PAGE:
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to errno or to error

Unlike other languages which have one preferred means of signalling an error, C is a multi error paradigm language. Error handling styles in C can be organized into one of several distinct styles, such as popular or correct. Some examples of each.

in band sentinel

One very popular option is the classic unix style. -1 is returned to indicate an error.

fd = open("file", O_RDONLY);
if (fd == -1) abort();

Another option seen in the standard C library is NULL for errors.

fp = fopen("file", "r");
if (fp == NULL) abort();
if (!(ptr = malloc(size))) abort();

The latter has the advantage that NULL is a false value, which makes it easier to write logical conditions. File descriptor 0 is valid (stdin) but false, while -1 is invalid but true.

And of course, there’s the worst of both worlds approach requiring a special sentinel that you’ll probably forget to use.

ptr = mmap(NULL, size, prot, MAP_ANON, -1, 0);
if (ptr == MAP_FAILED) abort();


Other unix functions, those that don’t need to return a file descriptor, stick to just 0 and -1.

if (listen(s, 10) != 0) abort();

Of course, none of these functions reveal anything about the nature of the error. For that, you need to consult the errno on the side.

if (fstat("file", &sb) == -1) {
    if (errno == EPERM)
        error("Sorry Dave");

Other functions take another approach and don’t have any error return at all, instead requiring various degrees of tea leaf introspection.

errno = 0;
lval = strtol(buf, &ep, 10);
if (buf[0] == '\0' || *ep != '\0')
    goto not_a_number;
if (errno == ERANGE && (lval == LONG_MAX || lval == LONG_MIN))
    goto out_of_range;

error returns

Later functions started using a dedicated error return that encoded what went wrong right there in the error.

error = getaddrinfo("host", "port", &hints, &answer);
if (error)
    printf("It all went downhill at %s\n", gai_strerror(error));

Or somewhat more simply in the new posix functions.

if (posix_memalign(&ptr, align, size)) abort();

This works pretty well and it’s generally hard to screw it up.

value return

We can also flip the error and value returns of such functions.

val = strtonum(buf, min, max, &errstr);
if (errstr) abort();

This is necessary to make the function work with integers of all sizes without resorting to a circus of strtoshort, strtoint, strtolong, strtouint32_t, etc. functions. (More than 20 years after the introduction of LP64 architectures, it’s still possible to find code that does fn((int *)&longval) incorrectly.)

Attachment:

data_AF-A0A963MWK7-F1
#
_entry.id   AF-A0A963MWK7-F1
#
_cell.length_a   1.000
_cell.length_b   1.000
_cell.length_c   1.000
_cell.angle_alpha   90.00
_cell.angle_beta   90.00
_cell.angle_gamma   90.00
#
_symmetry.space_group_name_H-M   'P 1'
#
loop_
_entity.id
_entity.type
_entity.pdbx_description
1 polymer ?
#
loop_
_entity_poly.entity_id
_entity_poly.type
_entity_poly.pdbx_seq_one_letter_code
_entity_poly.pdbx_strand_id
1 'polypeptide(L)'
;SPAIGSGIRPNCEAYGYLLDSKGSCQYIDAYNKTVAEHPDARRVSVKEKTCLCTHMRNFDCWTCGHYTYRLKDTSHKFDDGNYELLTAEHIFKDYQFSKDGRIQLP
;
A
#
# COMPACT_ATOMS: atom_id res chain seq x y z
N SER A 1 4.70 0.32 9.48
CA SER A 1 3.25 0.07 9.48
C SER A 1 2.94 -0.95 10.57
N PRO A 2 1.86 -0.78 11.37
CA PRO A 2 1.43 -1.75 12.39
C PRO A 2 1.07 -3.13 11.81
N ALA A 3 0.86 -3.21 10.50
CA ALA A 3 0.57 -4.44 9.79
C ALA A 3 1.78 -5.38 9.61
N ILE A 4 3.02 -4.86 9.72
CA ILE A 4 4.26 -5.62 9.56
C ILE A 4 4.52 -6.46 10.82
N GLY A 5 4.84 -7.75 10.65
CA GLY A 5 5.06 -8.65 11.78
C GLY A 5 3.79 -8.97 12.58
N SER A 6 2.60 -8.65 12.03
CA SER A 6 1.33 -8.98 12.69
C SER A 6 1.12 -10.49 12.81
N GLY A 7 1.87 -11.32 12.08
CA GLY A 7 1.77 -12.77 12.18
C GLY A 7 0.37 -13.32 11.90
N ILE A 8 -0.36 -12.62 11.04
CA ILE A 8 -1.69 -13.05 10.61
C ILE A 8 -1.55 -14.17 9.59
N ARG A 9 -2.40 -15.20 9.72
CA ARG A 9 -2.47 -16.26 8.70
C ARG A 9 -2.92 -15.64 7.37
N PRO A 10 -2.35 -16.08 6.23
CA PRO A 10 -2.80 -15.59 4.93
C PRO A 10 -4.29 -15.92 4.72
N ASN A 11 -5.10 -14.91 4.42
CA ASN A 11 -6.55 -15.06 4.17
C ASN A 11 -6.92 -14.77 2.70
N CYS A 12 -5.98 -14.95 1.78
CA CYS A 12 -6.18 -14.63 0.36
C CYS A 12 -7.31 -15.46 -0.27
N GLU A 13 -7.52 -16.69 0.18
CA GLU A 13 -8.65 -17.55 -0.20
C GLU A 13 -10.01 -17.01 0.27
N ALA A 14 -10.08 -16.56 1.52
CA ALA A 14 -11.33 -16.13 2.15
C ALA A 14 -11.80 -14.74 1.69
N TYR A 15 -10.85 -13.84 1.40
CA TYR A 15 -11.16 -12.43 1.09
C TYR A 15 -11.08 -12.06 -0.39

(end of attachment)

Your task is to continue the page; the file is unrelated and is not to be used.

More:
Some libraries use a more complicated approach, returning a simple error code and stashing the error reason in a context.

if (tls_connect(ctx, host, port))
    printf("error %s\n", tls_error(ctx));

Also used in sqlite.

if (sqlite3_step(stmt) != SQLITE_ROW)
    printf("failure: %s\n", sqlite3_errmsg(db));


Moving on to some more complicated libraries that use callbacks.

Xlib requires setting an error handler if you don’t like the default.


The default handler is called reallysadtimes and immediately exits the program after any error. This is unfortunate if you’re doing something like selecting SubstructureRedirectMask for which it’s impossible to predict failure, necessitating the custom error handler. The error handler is allowed to return, however, and Xlib will simply carry on and report failure to the caller as well.

The image libraries png and jpeg both use callbacks, but their error handlers are not allowed to return, somewhat complicating the calling procedure.

struct jpeg_compress_struct cinfo;
struct {
    struct jpeg_error_mgr mgr;
    jmp_buf env;
} jerr;

cinfo.err = jpeg_std_error(&jerr.mgr);
jerr.mgr.error_exit = jpgerr_handler;
if (setjmp(jerr.env))

cinfo.err = jpeg_std_error(&jerr.mgr);
jerr.mgr.error_exit = errhandler

Where errhandler is something that had better call longjmp or it’s going to be a long day.


There’s plenty more, often some combination of the above.

Posted 24 Jan 2017 20:52 by tedu Updated: 24 Jan 2017 20:52
Tagged: c programming